Bile duct obstruction can sometimes be remedied with medications like ursodiol. However, for full duct obstruction, surgery is often necessary. Surgery has a high success rate for liver shunts and can be a cure for most dogs, however not all shunts can be repaired surgically and these cases will need lifelong management with diet and medication. Antibiotics and antiviral medications can be given in the presence of infection.

Chronic active hepatitis—not reversible or curable—is often managed with medications and a restricted diet. Treatment for liver tumors or cancer will depend on test results and may involve surgery, chemotherapy, and the administration of medications.

Medications and supplements, like Denamarin, can help many dogs with liver disease or damage live for years with minimal symptoms. In some cases, dietary changes are also necessary. The response to treatment depends on the individual dog, but compliance from the owner is a major component to success. Be sure to adhere to your vet's recommendations for medications, diet, and follow-up testing and exams.

Prognosis for Dogs With Liver Disease

The outlook for a dog with liver disease depends on the cause, type, and severity of the disease. Dogs with congenital abnormalities like portosystemic shunts or benign tumors can often be cured with surgical intervention. Chronic inflammatory liver disease is usually incurable but can often be managed for years with medications and dietary changes. Liver cancer carries the worst prognosis of the liver disease types; quality of life is managed by surgery, chemotherapy, medications, and diet for a limited life expectancy from the time of diagnosis.

How to Prevent Liver Disease

While keeping your dog healthy involves routine wellness exams, there are other ways to assure liver health. Refrain from feeding your dog fatty foods as this may cause pancreatitis, which can secondarily affect the liver. Make sure your pet is fully vaccinated to prevent infectious causes of liver disease such as leptospirosis. Do your best to keep toxic substances out of your dog's reach, and provide plenty of opportunities for your dog to exercise since a fit, active dog is less likely to suffer from liver disease brought on by a sedentary lifestyle of overeating.

Types of Liver Disease in Dogs

Bile Duct Obstruction

Bile duct obstruction can happen as a result of myriad conditions involving any of the digestive organs because all are linked to or affected by the liver. The obstruction may be due to inflammation of surrounding tissues, parasites, fibrosis, benign tumors, or cancer.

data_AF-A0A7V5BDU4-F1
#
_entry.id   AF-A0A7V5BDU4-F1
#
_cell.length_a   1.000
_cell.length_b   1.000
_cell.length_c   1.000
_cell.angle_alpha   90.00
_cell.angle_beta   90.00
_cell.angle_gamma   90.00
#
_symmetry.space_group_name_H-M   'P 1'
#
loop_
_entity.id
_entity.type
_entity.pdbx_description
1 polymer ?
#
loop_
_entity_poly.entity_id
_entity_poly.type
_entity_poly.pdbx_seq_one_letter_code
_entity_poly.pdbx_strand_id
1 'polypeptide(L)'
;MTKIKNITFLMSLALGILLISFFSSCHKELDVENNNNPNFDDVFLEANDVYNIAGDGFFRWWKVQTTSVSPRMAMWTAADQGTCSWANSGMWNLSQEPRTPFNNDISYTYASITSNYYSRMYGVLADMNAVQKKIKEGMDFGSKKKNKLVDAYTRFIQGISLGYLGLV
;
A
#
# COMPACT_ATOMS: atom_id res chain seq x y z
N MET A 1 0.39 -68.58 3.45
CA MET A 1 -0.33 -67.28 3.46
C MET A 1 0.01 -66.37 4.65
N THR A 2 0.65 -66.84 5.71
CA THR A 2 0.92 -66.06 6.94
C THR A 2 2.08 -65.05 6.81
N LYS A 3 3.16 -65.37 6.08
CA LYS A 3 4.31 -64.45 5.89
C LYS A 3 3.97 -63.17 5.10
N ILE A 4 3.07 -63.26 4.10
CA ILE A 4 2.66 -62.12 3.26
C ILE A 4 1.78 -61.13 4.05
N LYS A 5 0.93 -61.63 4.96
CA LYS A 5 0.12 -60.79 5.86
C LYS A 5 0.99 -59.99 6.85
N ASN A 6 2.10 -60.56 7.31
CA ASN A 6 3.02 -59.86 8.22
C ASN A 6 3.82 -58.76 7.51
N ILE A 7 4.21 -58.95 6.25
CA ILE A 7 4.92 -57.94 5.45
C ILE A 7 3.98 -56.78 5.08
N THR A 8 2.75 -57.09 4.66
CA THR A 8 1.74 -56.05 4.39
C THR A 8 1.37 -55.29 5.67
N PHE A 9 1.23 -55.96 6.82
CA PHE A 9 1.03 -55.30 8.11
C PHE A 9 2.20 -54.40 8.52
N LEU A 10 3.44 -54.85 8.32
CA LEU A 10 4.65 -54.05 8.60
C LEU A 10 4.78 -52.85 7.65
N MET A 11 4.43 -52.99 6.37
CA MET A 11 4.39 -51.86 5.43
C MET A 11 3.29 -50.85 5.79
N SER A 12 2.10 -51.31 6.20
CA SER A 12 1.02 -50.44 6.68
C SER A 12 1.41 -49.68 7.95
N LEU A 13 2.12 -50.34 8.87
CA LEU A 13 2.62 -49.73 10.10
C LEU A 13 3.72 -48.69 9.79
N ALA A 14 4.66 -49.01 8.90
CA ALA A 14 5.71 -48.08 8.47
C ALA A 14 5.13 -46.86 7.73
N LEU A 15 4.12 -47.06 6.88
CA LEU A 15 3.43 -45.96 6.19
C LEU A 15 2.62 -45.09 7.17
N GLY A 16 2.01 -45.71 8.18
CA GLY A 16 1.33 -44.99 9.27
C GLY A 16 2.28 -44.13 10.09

Diagnosis of obstruction requires laboratory tests, x-rays, a bile acid test, and ultrasound. If the cause is pancreatitis, then dietary measures and certain medication may relieve the obstruction. In some cases, though, surgery is necessary. The dog’s gallbladder may even need to be removed. This procedure, followed by dietary modifications, will help relieve discomfort and allow the inflamed liver to heal.

Portosystemic Shunt (Liver Shunt)

A portosystemic shunt is an abnormal vascular connection between the liver and other organs. It allows toxins, proteins, and nutrients in the intestines to bypass the liver and pass directly into systemic blood circulation. Most shunts are congenital, meaning some dogs are born with them.

Symptoms, which include ataxia and seizures, are most likely to occur after eating. Diagnosis requires tests such as blood work, a urinalysis, liver function tests, x-rays, an ultrasound, and a CT scan. The treatment for a portosystemic shunt is surgery to narrow or close the vascular connection.

Chronic Hepatitis

Chronic hepatitis is inflammation and cell damage in the liver that lasts longer than a few weeks. This happens because of an abnormal influx of white blood cells responding to a previous infection or ingested toxins. It can also happen as a result of an autoimmune disease or bacteria like leptospirosis (found in the urine of rodents). Chronic hepatitis can affect any breed of dog at any age but is more likely to appear in older dogs.

The signs of chronic hepatitis can be gastrointestinal or neurological, and it may cause jaundice. A veterinary exam and bloodwork may suggest liver impairment, but biopsy is the only way to accurately diagnose the condition. There is no cure for chronic hepatitis, but dietary management, targeted medications, and supportive therapy can help some dogs live comfortably for months or years with this disease.

Tumors

Primary liver tumors are those that begin in the liver. They may be benign or malignant and are most common in dogs over 9 years of age. More commonly, liver tumors are a result of metastasis from other organs. Symptoms include weight loss, jaundice, vomiting, fever, and distended abdomen. Surgery and chemotherapy may help relieve a dog’s discomfort and extend its lifespan by a few months to a few years, depending on the stage of the disease.

If you suspect your pet is sick, call your vet immediately. For health-related questions, always consult your veterinarian, as they have examined your pet, know the pet's health history, and can make the best recommendations for your pet.
Article Sources